Module 4 Explanation | Access Cram Kit – Miami

As we did with Module 3 and Design View queries, it is crucial to go phrase-by-phrase with SQL queries to ensure that you get each problem correct in the shortest amount of time!

1. Q11_SQL_Classes2022S2

  • Create an alphabetical list by language that includes the language, curriculum number, and instructor for all classes during the 2022S2.
  • Run the query. You should get 31 records.
  • Save the query as Q11_SQL_Classes2022S2.

This question is one of the tough ones to go into phrase-by-phrase right away.

How are we supposed to know which table's LanguageID field we're supposed to use based on this?

- Create an alphabetical list by language that includes the language, curriculum number, and instructor for all classes during the 2022S2.

If you're ever faced with a situation like this, just glance over the rest of the bullet point. Chances are, you'll find your answer.

In our case, when we take a glance, we can find the "curriculum" keyword used. That means we'll use the Curriculum table.

- Create an alphabetical list by language that includes the language, curriculum number, and instructor for all classes during the 2022S2.

So, let's go ahead and start our query by referencing the LanguageID field of the Curriculum table in a SELECT statement.

SELECT Curriculum.LanguageID
...

For our FROM statement, we're going to declare that we're pulling data from the Curriculum table.

SELECT Curriculum.LanguageID
FROM Curriculum

Now, let's make this alphabetical by language by including an ORDER BY statement...

SELECT Curriculum.LanguageID
FROM Curriculum
ORDER BY ...

...and sorting by Curriculum.LanguageID alphabetically (which is the default of ORDER BY).

SELECT Curriculum.LanguageID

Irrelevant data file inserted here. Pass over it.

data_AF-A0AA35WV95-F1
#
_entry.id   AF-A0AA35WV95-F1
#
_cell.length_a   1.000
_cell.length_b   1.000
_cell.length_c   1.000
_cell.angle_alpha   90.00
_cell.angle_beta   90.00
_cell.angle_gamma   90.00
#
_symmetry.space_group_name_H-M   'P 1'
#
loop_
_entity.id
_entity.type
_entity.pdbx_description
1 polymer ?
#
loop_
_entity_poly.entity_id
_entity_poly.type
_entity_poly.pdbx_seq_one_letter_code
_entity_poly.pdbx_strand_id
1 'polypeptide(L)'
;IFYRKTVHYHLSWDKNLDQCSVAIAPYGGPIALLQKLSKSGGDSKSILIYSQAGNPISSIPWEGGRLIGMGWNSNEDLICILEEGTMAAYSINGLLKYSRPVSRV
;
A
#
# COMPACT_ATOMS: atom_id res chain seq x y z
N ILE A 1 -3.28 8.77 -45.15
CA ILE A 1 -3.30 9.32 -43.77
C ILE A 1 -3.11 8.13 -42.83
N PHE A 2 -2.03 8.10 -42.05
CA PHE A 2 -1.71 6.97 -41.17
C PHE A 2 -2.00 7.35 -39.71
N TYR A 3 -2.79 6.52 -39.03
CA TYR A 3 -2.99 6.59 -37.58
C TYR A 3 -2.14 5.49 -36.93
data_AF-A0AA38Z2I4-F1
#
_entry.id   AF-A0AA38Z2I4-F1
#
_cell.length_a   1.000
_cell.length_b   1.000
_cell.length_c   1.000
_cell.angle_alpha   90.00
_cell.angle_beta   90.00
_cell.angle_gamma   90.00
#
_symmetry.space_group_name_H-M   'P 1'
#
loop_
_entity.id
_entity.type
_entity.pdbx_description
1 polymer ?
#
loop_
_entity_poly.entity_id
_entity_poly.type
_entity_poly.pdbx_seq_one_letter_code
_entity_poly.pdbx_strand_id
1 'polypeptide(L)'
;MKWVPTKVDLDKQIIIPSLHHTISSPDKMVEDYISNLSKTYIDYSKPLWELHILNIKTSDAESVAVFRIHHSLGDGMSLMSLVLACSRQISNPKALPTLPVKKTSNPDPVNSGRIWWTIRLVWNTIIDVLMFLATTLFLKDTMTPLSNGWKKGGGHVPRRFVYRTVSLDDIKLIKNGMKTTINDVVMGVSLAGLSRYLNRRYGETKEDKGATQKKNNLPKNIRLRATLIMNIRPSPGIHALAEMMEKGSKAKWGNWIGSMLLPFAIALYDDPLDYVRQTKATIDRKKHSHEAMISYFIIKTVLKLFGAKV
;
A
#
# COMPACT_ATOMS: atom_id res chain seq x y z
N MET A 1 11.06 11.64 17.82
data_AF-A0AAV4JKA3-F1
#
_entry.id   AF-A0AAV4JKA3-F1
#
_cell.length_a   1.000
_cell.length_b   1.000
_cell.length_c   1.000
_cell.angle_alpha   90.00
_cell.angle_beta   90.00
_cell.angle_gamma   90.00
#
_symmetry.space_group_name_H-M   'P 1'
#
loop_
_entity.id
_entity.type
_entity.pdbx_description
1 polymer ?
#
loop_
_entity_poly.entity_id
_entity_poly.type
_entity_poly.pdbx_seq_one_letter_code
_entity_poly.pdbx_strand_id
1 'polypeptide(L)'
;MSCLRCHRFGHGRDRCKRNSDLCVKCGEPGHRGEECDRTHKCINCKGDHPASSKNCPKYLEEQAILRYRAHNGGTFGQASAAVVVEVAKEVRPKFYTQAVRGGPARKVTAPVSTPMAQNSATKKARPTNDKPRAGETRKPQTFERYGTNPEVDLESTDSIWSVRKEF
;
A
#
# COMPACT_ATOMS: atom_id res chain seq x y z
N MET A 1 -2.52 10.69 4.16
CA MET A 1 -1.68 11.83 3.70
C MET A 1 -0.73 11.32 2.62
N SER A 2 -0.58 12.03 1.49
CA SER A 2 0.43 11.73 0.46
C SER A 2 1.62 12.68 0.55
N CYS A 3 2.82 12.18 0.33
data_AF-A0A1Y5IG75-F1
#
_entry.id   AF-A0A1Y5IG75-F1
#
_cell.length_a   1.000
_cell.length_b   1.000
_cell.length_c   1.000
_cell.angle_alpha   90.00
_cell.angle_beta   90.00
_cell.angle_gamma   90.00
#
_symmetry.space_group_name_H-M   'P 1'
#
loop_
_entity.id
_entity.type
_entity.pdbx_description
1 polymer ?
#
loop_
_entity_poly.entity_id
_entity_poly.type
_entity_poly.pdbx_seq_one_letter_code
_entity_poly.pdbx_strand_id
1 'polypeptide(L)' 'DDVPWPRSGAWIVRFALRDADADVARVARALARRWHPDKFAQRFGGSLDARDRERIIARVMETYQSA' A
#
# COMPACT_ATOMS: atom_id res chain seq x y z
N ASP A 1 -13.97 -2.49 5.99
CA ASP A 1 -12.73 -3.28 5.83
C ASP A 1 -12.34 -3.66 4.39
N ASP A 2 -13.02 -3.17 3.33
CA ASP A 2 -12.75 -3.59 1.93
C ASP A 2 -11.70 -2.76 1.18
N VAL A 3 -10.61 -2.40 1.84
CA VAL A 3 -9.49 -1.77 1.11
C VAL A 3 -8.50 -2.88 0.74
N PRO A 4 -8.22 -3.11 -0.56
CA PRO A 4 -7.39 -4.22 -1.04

FROM Curriculum
ORDER BY Curriculum.LanguageID

For the next phrase...

- Create an alphabetical list by language that includes the language, curriculum number, and instructor for all classes during the 2022S2.

...we need to include the CurriculumNumber field from the Curriculum table.

To do so, place it in the SELECT statement like so:

SELECT Curriculum.LanguageID, Curriculum.CurriculumNumber
FROM Curriculum
ORDER BY Curriculum.LanguageID

For the next phrase...

- Create an alphabetical list by language that includes the language, curriculum number, and instructor for all classes during the 2022S2.

...we're going to place the Instructor field from the Class table into our SELECT statement.

Problem is... we don't currently have access to that table. We only have access to the Curriculum table based on our FROM statement.

Therefore, we can get access to the Instructor field by directly joining to the Class table like so:

How can we code this though? We can start by adding a blank INNER JOIN statement to our FROM statement.

SELECT Curriculum.LanguageID, Curriculum.CurriculumNumber
FROM Curriculum INNER JOIN ... ON ... = ...
ORDER BY Curriculum.LanguageID

What's going to go in the first "..."? The Class table, since that's what we're joining to Curriculum.

SELECT Curriculum.LanguageID, Curriculum.CurriculumNumber
FROM Curriculum INNER JOIN Class ON ... = ...
ORDER BY Curriculum.LanguageID

For the second and third "...", we need to ask ourselves: What primary/foreign keys are we going to use to connect Class to Curriculum?

The CurriculumID field in the Class table...

SELECT Curriculum.LanguageID, Curriculum.CurriculumNumber
FROM Curriculum INNER JOIN Class ON Class.CurriculumID = ...
ORDER BY Curriculum.LanguageID

...and the CurriculumID field in the Curriculum table.

SELECT Curriculum.LanguageID, Curriculum.CurriculumNumber
FROM Curriculum INNER JOIN Class ON Class.CurriculumID = Curriculum.CurriculumID
ORDER BY Curriculum.LanguageID

Now that we have access to the Class table, we're going to include the Instructor field in our SELECT statement.

SELECT Curriculum.LanguageID, Curriculum.CurriculumNumber, Class.Instructor
FROM Curriculum INNER JOIN Class ON Class.CurriculumID = Curriculum.CurriculumID
ORDER BY Curriculum.LanguageID

To wrap up this query, let's look at the final phrase:

- Create an alphabetical list by language that includes the language, curriculum number, and instructor for all classes during the 2022S2.

Here, we need to filter for Semester field values that are equal to 2022S2. Since Semester is a field, we're going to use a WHERE statement...

SELECT Curriculum.LanguageID, Curriculum.CurriculumNumber, Class.Instructor